There are plenty of ideas for election reform floating around the state, including making it easier to vote, registering more voters and redefining who draws district lines. Pennsylvania lawmakers plan to introduce more than 20 bills this session to reshape the state’s election rules. Sen. Lawrence M. Farnese Jr., a Philadelphia Democrat, plans to offer a bill that would allow 16- and 17-year-olds to preregister to vote. When preregistered, an individual would be automatically registered to vote in the first election after he or she turns 18. Farnese’s memo on the bill says 22 states already allow for preregistration before age 18. … Republican Sen. Pat Stefano of Fayette County aims to develop a secure online system for military and overseas voters to return their absentee ballots electronically with a bill he plans to reintroduce.Full Article: Election reform subject of many bills in Harrisburg.
“We have all the necessary and good laws in Pakistan, but we fail to implement them!” This is a common lamentation in Pakistan. Whatever the subject is — politicians, civil society, lawyers, journalists and governmental officials make this claim. But is this true? In one area that has attracted much public controversy, this was not the case: The election laws lacked many provisions needed for credible, transparent and inclusive elections. The controversies in the 2013 elections were not simply ‘losers crying sour grapes’. Genuine shortcomings in the election laws, which undermined Pakistani elections for many years were repeatedly pointed out by civil society, observers and eventually also confirmed in the inquiry commission setup to investigate the Pakistan Tehreek-e-Insaf’s (PTI) accusations of systemic rigging in 2013 general elections. The Commission found no systematic rigging but pointed to many systemic problems.Full Article: From law to action: election reforms in Pakistan - Daily Times.
Togo opposition leaders on Sunday said they were not hopeful of political change, as parliament prepared to discuss potential constitutional reform after days of huge anti-government protests. Hundreds of thousands of demonstrators took to the streets this week calling for presidential term limits and denouncing President Faure Gnassingbe and his family’s half-century in power. Gnassingbe took over as leader in 2005 after the death of his father, Gnassingbe Eyadema, who had come to power in 1967 after a military coup.Full Article: Togo opposition unconvinced by reform bill proposal | News24.
Democracy is in crisis. Even as the country is deeply divided along class and ideological lines, it seems to be unified in its frustration with our current brand of politics. Polls show that less than 20 percent of the country approves of the way Congress is doing its job. The time has come to consider a transformative idea that reflects the American electorate’s desire for moderation and fairness and that encourages the reemergence of bridge builders and candidates with an eye for compromise. That idea involves changing the way we elect members of the House of Representatives. This week I introduced the Fair Representation Act, which would make two fundamental changes in how voters elect their representative in the U.S. House.Full Article: Let’s change how we elect the House of Representatives - The Washington Post.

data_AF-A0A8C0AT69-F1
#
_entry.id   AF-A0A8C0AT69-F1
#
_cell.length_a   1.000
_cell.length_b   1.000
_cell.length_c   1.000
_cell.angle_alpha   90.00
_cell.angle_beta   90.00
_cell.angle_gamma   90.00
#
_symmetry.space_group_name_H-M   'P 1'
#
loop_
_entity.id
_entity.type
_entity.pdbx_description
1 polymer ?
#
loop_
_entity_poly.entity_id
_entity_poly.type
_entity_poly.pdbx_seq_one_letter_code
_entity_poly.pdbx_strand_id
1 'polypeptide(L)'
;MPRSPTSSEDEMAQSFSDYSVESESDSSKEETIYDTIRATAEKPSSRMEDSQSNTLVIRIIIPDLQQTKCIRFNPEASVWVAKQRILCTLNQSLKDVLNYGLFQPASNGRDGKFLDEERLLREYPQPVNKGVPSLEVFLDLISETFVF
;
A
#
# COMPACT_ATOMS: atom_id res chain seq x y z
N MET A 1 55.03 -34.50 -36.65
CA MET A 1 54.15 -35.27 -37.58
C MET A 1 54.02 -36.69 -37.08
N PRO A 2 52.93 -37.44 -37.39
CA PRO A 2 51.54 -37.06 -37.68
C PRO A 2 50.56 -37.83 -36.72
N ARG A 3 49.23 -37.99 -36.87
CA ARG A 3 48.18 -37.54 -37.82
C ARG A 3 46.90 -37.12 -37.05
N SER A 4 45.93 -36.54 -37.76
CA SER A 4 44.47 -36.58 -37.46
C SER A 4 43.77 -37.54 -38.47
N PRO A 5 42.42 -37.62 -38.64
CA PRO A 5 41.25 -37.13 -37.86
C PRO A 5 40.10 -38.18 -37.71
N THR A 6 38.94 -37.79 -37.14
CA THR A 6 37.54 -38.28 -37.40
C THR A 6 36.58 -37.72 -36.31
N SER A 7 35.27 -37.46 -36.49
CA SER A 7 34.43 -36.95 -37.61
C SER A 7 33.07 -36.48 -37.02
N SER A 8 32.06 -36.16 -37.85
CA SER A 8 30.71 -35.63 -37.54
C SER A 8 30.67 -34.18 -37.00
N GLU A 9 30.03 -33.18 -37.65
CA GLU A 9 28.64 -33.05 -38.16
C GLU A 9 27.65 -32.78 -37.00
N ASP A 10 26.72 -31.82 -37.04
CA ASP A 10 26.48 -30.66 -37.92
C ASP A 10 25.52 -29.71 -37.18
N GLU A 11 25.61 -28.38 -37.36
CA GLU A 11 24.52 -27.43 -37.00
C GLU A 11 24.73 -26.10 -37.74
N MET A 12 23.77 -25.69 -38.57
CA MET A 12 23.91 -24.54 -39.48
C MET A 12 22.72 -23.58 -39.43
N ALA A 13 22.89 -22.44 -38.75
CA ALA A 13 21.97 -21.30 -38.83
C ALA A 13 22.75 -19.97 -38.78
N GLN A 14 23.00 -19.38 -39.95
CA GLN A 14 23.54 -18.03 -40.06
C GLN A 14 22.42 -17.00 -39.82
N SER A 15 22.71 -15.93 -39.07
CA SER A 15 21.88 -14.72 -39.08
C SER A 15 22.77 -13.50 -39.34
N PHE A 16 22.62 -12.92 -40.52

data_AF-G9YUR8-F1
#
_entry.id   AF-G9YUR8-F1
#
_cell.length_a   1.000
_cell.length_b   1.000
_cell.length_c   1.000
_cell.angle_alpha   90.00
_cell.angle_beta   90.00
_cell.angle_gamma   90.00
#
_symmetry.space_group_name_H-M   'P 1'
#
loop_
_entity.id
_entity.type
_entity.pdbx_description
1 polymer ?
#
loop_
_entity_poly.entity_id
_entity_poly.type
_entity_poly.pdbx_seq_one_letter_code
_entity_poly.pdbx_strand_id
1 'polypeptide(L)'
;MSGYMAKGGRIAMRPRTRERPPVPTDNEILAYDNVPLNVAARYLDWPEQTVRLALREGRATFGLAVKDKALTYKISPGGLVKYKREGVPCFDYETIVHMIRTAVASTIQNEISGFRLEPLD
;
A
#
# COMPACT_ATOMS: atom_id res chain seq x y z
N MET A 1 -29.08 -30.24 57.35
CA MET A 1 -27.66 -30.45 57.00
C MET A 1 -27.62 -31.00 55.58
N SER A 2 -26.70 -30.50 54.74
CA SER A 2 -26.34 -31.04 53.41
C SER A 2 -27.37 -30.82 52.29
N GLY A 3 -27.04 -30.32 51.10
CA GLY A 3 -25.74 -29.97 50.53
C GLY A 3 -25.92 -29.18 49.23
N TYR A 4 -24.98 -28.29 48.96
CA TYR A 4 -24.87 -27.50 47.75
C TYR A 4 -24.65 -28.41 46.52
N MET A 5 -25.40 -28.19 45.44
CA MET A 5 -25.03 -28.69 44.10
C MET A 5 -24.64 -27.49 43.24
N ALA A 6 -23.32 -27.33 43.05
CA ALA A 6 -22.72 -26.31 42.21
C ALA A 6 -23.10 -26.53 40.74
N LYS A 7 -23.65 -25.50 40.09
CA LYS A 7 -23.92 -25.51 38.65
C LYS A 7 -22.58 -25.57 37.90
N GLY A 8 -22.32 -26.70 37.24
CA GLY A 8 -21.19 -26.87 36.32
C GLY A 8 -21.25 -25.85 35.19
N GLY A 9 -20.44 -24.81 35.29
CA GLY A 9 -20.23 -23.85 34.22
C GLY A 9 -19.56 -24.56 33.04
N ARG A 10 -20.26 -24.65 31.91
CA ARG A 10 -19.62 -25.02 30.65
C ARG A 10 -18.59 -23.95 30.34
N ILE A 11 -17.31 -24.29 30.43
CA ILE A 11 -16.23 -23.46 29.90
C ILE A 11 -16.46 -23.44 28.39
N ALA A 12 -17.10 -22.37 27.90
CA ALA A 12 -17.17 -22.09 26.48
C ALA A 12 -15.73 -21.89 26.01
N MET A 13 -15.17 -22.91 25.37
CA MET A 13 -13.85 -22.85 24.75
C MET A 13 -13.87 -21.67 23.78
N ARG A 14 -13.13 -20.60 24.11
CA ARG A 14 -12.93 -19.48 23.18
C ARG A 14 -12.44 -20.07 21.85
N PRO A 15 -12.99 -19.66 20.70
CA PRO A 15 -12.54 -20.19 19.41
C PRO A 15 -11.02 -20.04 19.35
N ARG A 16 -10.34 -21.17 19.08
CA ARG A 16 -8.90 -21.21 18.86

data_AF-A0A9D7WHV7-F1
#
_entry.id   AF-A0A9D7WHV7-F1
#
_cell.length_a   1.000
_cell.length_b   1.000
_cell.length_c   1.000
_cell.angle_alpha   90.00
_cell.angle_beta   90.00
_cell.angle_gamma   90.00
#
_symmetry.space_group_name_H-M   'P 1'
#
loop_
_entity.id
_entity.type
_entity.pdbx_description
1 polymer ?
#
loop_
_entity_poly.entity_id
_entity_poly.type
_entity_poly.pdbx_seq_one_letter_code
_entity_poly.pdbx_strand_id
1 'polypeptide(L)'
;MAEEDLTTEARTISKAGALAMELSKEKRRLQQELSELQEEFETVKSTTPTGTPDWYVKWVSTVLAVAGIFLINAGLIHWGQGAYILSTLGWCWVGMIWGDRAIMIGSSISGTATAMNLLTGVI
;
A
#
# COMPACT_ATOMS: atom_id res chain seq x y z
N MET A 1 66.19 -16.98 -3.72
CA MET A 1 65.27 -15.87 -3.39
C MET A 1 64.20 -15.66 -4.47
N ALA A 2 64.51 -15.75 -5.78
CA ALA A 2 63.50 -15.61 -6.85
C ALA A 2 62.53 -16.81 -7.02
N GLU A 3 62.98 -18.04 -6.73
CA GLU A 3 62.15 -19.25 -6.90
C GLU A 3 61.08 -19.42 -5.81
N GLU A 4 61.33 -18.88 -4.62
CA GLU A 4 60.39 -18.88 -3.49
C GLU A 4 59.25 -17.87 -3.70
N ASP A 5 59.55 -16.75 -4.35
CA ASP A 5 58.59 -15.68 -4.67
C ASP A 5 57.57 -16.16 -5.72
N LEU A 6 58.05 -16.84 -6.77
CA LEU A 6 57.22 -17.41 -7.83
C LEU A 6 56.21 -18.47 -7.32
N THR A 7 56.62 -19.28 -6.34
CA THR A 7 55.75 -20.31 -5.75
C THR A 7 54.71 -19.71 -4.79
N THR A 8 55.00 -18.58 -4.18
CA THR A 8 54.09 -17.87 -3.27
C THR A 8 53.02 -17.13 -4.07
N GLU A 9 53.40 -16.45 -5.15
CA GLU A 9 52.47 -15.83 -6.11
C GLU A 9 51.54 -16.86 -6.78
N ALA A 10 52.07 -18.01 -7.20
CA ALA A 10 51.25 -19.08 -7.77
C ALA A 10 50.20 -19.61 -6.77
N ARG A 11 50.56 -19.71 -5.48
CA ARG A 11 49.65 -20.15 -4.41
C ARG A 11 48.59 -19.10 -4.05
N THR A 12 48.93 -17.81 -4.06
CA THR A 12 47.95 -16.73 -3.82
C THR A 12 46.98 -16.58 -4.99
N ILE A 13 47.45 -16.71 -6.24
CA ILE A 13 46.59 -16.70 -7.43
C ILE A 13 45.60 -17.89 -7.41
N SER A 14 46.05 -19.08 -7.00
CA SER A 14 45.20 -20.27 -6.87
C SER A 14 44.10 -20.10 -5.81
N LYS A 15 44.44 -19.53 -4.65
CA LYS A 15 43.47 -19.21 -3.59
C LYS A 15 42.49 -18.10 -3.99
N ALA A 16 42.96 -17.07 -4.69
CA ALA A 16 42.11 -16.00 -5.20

Prime Minister Saad Hariri announced Monday that Lebanon would have a new vote law by Wednesday despite remaining obstacles that could unravel the agreement reached by the country’s top leaders to avert a parliamentary vacuum and clear the way for holding the first elections since 2009. He also said that neither he nor the Future Movement would run the elections under the disputed 1960 majoritarian law used in the last parliamentary elections.Full Article: Hariri sees new vote law by Wednesday despite hurdles | Zawya MENA Edition.
A plan by Moldova to change the way it conducts elections is “inappropriate”, European rights experts commissioned to study the proposal have concluded, dealing a blow to the ex-Soviet state’s pro-European ruling coalition. The speaker of the Moldovan parliament, an ally of Prime Minister Pavel Filip, said the ruling coalition would take on board some of the technical findings, but took issue with others, saying the experts had overstepped their remit. The prime minister and his allies had been seeking to change the voting system in time for a parliamentary election next year, when his party will be in a tough fight with pro-Moscow rivals, led by President Igor Dodon, who reject closer integration with Europe.Full Article: Exclusive: Moldova plan to change vote rules 'inappropriate' - rights body experts | Reuters.